'Completely Exaggerated': EU Leaders Angry at Standard and Poor's Ratings Warning
Ratings agency Standard and Poor's has piled pressure on EU leaders to come up with a deal to save the euro, warning that it may downgrade 15 of 17 euro-zone countries -- including powerhouse Germany. EU politicians have criticized the move. But the agency on Tuesday added that it may downgrade the euro bailout fund as well.
European share prices and the euro fell slightly on Tuesday after ratings agency Standard & Poor's warned it may downgrade 15 of the 17 euro-zone nations, including triple-A nations like Germany, as a result of the euro crisis.
European policymakers criticized the timing of the announcement, just three days ahead of a make-or-break EU summit on Thursday and Friday, and said the agency hadn't taken into account proposals for far-reaching reforms of the euro zone's debt rules agreed by the leaders of France and Germany on Monday.
Standard & Poor's had warned late on Monday that it may carry out an unprecedented mass downgrade of euro-zone countries if EU leaders fail to reach an agreement on how to solve the debt crisis at this week's summit.
Luxembourg Prime Minister Jean-Claude Juncker said the S&P announcement was "like a knockout blow" to countries that were cutting their budget deficits.
Warning on Euro Bailout Fund
"I find what Standard & Poor is saying completely exaggerated," Juncker said in an interview on Deutschlandfunk radio early on Tuesday. "I have to wonder that this news reaches us out of the clear blue sky at the time of the European summit; this can't be a coincidence."
Chancellor Angela Merkel shrugged off the warning, saying: "What a rating agency does is the responsibility of the rating agency."
Her economy minister, Philipp Rösler, appeared likewise unmoved. "Germany will not let itself be influenced by ... the short-lived verdict of one ratings agency," Rösler said on the sidelines of a conference in Munich, Reuters reported. "We think nothing of such threats. We have no difficulties on the financial markets. We are and remain the anchor of stability in Europe," said Rösler.
Citing "continuing disagreements among European policy makers on how to tackle the immediate market confidence", S&P threatened to cut the credit ratings of 15 countries, including Germany and France, by one to two notches.
On Tuesday, S&P followed up its warning by saying it may also downgrade the triple-A rating of the European bailout fund, the European Financial Stability Facility. It said it was putting the EFSF on "CreditWatch with negative implications," and could downgrade the rating.
Merkel, Sarkozy Insist Fiscal Union Will Work
German Chancellor Angela Merkel and French President Nicolas Sarkozy had said in a joint statement on Monday night that they "took note" of the move by S&P, while both countries "reinforce their conviction" that common proposals for closer fiscal union in the European Union will "strengthen coordination of budget and economic policy," and promote stability and growth.
French Finance Minister Francois Baroin said S&P had not factored in the French-German plan to overcome the crisis that was announced on Monday, and said France required "no third savings program" and "no further measures."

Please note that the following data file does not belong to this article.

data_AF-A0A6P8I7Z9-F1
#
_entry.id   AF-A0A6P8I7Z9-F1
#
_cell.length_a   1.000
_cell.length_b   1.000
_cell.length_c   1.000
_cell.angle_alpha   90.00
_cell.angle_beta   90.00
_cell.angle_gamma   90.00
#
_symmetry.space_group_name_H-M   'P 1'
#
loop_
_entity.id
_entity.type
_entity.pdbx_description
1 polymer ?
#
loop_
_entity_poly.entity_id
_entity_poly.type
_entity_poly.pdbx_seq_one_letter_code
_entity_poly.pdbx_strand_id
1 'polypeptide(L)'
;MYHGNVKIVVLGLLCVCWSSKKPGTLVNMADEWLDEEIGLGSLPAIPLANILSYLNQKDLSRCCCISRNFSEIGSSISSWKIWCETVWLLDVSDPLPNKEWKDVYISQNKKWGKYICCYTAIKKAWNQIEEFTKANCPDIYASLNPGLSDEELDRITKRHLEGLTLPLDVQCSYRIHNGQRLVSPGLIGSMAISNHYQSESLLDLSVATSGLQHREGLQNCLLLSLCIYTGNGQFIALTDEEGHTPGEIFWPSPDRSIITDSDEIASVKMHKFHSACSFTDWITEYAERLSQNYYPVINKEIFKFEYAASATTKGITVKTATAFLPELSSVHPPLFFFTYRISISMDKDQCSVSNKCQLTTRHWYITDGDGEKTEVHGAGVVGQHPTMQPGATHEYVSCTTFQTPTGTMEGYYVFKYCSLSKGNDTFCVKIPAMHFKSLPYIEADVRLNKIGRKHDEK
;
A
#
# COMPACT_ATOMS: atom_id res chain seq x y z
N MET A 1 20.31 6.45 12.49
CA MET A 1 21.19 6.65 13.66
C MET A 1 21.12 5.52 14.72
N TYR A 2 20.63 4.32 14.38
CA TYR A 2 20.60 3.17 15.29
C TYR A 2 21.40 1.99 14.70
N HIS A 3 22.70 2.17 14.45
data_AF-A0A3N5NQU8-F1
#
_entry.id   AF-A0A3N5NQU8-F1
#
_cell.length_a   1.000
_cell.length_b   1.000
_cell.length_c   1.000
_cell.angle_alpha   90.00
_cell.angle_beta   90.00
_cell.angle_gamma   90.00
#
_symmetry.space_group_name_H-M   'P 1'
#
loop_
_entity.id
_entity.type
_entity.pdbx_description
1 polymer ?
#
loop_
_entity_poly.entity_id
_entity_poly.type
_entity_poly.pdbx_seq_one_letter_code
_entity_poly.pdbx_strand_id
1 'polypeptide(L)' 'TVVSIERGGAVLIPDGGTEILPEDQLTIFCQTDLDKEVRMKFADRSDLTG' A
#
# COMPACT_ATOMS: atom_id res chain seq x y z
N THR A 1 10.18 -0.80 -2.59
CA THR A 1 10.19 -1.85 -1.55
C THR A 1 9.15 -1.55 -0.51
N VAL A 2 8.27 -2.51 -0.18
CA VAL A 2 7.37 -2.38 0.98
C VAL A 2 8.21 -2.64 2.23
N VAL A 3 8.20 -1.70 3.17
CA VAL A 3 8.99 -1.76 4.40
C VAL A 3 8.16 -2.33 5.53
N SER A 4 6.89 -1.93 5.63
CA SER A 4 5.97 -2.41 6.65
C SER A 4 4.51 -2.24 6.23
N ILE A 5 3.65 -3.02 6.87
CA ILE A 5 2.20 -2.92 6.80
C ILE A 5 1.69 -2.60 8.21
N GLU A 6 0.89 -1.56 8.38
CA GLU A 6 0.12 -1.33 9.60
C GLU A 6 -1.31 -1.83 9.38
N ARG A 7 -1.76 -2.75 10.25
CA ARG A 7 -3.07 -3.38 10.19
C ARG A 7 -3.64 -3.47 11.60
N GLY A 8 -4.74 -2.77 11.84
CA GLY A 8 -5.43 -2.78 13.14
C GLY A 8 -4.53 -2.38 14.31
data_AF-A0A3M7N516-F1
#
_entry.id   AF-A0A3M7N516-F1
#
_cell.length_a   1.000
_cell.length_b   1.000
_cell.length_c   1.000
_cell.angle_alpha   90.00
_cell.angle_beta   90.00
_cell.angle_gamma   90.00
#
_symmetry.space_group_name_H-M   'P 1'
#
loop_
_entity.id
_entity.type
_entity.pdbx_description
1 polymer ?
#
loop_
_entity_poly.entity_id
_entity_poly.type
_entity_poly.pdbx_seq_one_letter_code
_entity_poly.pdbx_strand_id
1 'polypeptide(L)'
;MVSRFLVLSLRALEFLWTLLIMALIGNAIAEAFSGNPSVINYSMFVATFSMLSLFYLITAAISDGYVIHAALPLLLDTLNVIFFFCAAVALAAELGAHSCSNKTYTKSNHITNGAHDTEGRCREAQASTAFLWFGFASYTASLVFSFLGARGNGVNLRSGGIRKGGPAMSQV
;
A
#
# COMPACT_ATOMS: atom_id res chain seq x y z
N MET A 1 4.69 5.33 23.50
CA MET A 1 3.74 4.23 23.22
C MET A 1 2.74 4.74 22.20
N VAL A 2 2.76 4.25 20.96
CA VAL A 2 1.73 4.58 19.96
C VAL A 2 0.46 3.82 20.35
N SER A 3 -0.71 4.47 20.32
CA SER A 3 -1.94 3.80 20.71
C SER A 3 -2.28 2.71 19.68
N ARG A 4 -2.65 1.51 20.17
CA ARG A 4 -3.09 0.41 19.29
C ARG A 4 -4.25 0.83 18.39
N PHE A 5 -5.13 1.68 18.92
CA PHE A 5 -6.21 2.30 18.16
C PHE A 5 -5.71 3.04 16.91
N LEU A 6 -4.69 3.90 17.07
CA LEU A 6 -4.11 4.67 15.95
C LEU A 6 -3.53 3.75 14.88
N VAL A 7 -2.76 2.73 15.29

The S&P warning piles pressure on the EU leaders to agree on a convincing strategy. On Monday, Merkel and Sarkozy agreed to propose changes to the EU treaty to impose budget discipline across the euro zone through automatic sanctions and balanced-budget legislation in national member states.
At their meeting in Paris, they also proposed bringing forward the establishment of the permanent euro bailout fund, the European Stability Mechanism, to 2012 from 2013. Both again ruled out the introduction of euro bonds.
Bank of France governor Christian Noyer, a member of the governing council of the European Central Bank, said on Tuesday that ratings agencies were in danger of themselves worsening the euro-zone debt crisis.
"The agencies were one of the motors of the crisis in 2008. Are they becoming a motor in the current crisis? That's a real question we all need to think about," he told a conference on corporate finance in Paris.
Hans Michelbach, a member of parliament for the conservative Christian Social Union party, the Bavarian sister party to Merkel's Christian Democrats, called the S&P warning "an arbitrary decision with no relation to reality." The aim of the announcement, he said, had evidently been to create additional nervousness ahead of the EU summit. He called on the EU to crack down on the "uncontrolled games" being played by the ratings agencies.
Cyprus was left out of the S&P warning because its credit rating is already under examination. Greece, too, was not included as it already has the worst credit rating of any country in the world.
Barroso Drops Call For Eurobonds
European Commission President Jose Manuel Barroso said on Tuesday that it was likely to take four or five months for the European treaty changes to come into force.
In an interview with German newspaper Die Welt, Barroso dropped his demand for euro bonds, saying they were not a solution to the current crisis. "Joint sovereign debt requires a much higher level of integration and discipline within the euro zone, which we haven't reached at the moment," he said.
He added that Germany's angry reaction last month to an EU consultation paper on euro bonds had surprised him.
cro -- with wire reports
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